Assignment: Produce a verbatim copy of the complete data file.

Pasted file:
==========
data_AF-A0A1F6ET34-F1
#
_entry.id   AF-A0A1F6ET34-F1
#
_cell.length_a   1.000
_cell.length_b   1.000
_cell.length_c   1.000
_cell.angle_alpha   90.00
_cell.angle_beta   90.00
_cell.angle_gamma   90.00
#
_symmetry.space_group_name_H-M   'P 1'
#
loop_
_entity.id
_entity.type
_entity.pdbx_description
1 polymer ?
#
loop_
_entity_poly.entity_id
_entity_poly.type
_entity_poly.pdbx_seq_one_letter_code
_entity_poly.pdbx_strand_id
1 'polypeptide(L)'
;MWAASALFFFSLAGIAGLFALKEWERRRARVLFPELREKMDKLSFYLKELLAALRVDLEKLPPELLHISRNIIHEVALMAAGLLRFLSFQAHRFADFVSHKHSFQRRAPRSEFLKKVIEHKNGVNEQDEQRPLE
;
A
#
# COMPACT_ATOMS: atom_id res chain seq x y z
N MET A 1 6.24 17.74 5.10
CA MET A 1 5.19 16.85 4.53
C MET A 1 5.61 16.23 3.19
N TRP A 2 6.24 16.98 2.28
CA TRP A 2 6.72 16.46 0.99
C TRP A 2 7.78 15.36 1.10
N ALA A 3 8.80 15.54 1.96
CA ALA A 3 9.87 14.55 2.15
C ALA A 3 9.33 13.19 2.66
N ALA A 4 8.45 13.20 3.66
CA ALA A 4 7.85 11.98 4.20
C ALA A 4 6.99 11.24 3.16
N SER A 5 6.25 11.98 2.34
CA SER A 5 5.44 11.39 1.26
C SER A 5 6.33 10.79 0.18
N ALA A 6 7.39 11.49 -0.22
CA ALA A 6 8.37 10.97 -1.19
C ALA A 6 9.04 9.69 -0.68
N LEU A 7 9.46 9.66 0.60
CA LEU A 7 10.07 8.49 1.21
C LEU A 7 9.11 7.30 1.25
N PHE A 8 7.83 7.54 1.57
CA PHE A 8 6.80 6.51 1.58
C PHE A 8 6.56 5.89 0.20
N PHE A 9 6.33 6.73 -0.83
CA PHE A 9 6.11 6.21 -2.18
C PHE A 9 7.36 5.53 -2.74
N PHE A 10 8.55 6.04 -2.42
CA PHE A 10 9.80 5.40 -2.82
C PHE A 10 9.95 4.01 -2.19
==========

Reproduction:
data_AF-A0A1F6ET34-F1
#
_entry.id   AF-A0A1F6ET34-F1
#
_cell.length_a   1.000
_cell.length_b   1.000
_cell.length_c   1.000
_cell.angle_alpha   90.00
_cell.angle_beta   90.00
_cell.angle_gamma   90.00
#
_symmetry.space_group_name_H-M   'P 1'
#
loop_
_entity.id
_entity.type
_entity.pdbx_description
1 polymer ?
#
loop_
_entity_poly.entity_id
_entity_poly.type
_entity_poly.pdbx_seq_one_letter_code
_entity_poly.pdbx_strand_id
1 'polypeptide(L)'
;MWAASALFFFSLAGIAGLFALKEWERRRARVLFPELREKMDKLSFYLKELLAALRVDLEKLPPELLHISRNIIHEVALMAAGLLRFLSFQAHRFADFVSHKHSFQRRAPRSEFLKKVIEHKNGVNEQDEQRPLE
;
A
#
# COMPACT_ATOMS: atom_id res chain seq x y z
N MET A 1 6.24 17.74 5.10
CA MET A 1 5.19 16.85 4.53
C MET A 1 5.61 16.23 3.19
N TRP A 2 6.24 16.98 2.28
CA TRP A 2 6.72 16.46 0.99
C TRP A 2 7.78 15.36 1.10
N ALA A 3 8.80 15.54 1.96
CA ALA A 3 9.87 14.55 2.15
C ALA A 3 9.33 13.19 2.66
N ALA A 4 8.45 13.20 3.66
CA ALA A 4 7.85 11.98 4.20
C ALA A 4 6.99 11.24 3.16
N SER A 5 6.25 11.98 2.34
CA SER A 5 5.44 11.39 1.26
C SER A 5 6.33 10.79 0.18
N ALA A 6 7.39 11.49 -0.22
CA ALA A 6 8.37 10.97 -1.19
C ALA A 6 9.04 9.69 -0.68
N LEU A 7 9.46 9.66 0.60
CA LEU A 7 10.07 8.49 1.21
C LEU A 7 9.11 7.30 1.25
N PHE A 8 7.83 7.54 1.57
CA PHE A 8 6.80 6.51 1.58
C PHE A 8 6.56 5.89 0.20
N PHE A 9 6.33 6.73 -0.83
CA PHE A 9 6.11 6.21 -2.18
C PHE A 9 7.36 5.53 -2.74
N PHE A 10 8.55 6.04 -2.42
CA PHE A 10 9.80 5.40 -2.82
C PHE A 10 9.95 4.01 -2.19